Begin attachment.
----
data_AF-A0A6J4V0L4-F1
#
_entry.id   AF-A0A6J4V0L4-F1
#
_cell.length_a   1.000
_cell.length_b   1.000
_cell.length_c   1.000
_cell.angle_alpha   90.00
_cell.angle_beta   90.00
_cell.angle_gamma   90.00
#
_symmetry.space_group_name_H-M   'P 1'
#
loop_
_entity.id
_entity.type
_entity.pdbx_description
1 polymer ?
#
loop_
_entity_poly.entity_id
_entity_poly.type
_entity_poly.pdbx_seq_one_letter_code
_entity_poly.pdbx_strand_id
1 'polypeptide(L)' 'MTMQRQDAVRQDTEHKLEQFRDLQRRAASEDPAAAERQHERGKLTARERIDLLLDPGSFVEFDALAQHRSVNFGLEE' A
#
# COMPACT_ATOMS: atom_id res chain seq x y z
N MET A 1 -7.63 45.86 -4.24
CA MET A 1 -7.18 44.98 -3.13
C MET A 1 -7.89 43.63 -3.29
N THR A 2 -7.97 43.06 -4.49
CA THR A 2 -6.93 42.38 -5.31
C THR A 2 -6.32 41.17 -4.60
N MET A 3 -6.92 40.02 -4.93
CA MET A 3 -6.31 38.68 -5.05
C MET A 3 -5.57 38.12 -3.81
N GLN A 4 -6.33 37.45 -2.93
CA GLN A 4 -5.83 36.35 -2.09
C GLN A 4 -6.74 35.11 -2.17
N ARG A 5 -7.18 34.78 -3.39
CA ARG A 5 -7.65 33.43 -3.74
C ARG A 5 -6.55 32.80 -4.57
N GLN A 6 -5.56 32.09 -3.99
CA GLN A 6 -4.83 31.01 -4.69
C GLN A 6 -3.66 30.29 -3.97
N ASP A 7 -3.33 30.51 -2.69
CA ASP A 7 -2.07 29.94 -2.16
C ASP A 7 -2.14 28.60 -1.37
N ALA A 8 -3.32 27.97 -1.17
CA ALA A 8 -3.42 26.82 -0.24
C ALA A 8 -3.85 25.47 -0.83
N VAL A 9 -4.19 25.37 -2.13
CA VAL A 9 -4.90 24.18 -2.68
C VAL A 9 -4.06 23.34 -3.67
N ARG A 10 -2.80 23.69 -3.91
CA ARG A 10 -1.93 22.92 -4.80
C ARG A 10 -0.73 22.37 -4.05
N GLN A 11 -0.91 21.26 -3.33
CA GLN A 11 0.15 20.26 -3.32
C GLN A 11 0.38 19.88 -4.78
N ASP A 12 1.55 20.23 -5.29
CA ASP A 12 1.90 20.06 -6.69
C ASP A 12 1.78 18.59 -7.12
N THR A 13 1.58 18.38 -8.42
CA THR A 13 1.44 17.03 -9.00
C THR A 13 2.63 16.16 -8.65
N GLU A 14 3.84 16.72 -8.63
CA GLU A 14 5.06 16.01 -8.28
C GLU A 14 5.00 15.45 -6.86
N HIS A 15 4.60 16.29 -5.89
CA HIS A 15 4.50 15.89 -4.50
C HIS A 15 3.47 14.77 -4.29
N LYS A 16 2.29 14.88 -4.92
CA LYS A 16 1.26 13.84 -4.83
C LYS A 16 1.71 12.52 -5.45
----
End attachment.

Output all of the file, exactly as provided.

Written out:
data_AF-A0A6J4V0L4-F1
#
_entry.id   AF-A0A6J4V0L4-F1
#
_cell.length_a   1.000
_cell.length_b   1.000
_cell.length_c   1.000
_cell.angle_alpha   90.00
_cell.angle_beta   90.00
_cell.angle_gamma   90.00
#
_symmetry.space_group_name_H-M   'P 1'
#
loop_
_entity.id
_entity.type
_entity.pdbx_description
1 polymer ?
#
loop_
_entity_poly.entity_id
_entity_poly.type
_entity_poly.pdbx_seq_one_letter_code
_entity_poly.pdbx_strand_id
1 'polypeptide(L)' 'MTMQRQDAVRQDTEHKLEQFRDLQRRAASEDPAAAERQHERGKLTARERIDLLLDPGSFVEFDALAQHRSVNFGLEE' A
#
# COMPACT_ATOMS: atom_id res chain seq x y z
N MET A 1 -7.63 45.86 -4.24
CA MET A 1 -7.18 44.98 -3.13
C MET A 1 -7.89 43.63 -3.29
N THR A 2 -7.97 43.06 -4.49
CA THR A 2 -6.93 42.38 -5.31
C THR A 2 -6.32 41.17 -4.60
N MET A 3 -6.92 40.02 -4.93
CA MET A 3 -6.31 38.68 -5.05
C MET A 3 -5.57 38.12 -3.81
N GLN A 4 -6.33 37.45 -2.93
CA GLN A 4 -5.83 36.35 -2.09
C GLN A 4 -6.74 35.11 -2.17
N ARG A 5 -7.18 34.78 -3.39
CA ARG A 5 -7.65 33.43 -3.74
C ARG A 5 -6.55 32.80 -4.57
N GLN A 6 -5.56 32.09 -3.99
CA GLN A 6 -4.83 31.01 -4.69
C GLN A 6 -3.66 30.29 -3.97
N ASP A 7 -3.33 30.51 -2.69
CA ASP A 7 -2.07 29.94 -2.16
C ASP A 7 -2.14 28.60 -1.37
N ALA A 8 -3.32 27.97 -1.17
CA ALA A 8 -3.42 26.82 -0.24
C ALA A 8 -3.85 25.47 -0.83
N VAL A 9 -4.19 25.37 -2.13
CA VAL A 9 -4.90 24.18 -2.68
C VAL A 9 -4.06 23.34 -3.67
N ARG A 10 -2.80 23.69 -3.91
CA ARG A 10 -1.93 22.92 -4.80
C ARG A 10 -0.73 22.37 -4.05
N GLN A 11 -0.91 21.26 -3.33
CA GLN A 11 0.15 20.26 -3.32
C GLN A 11 0.38 19.88 -4.78
N ASP A 12 1.55 20.23 -5.29
CA ASP A 12 1.90 20.06 -6.69
C ASP A 12 1.78 18.59 -7.12
N THR A 13 1.58 18.38 -8.42
CA THR A 13 1.44 17.03 -9.00
C THR A 13 2.63 16.16 -8.65
N GLU A 14 3.84 16.72 -8.63
CA GLU A 14 5.06 16.01 -8.28
C GLU A 14 5.00 15.45 -6.86
N HIS A 15 4.60 16.29 -5.89
CA HIS A 15 4.50 15.89 -4.50
C HIS A 15 3.47 14.77 -4.29
N LYS A 16 2.29 14.88 -4.92
CA LYS A 16 1.26 13.84 -4.83
C LYS A 16 1.71 12.52 -5.45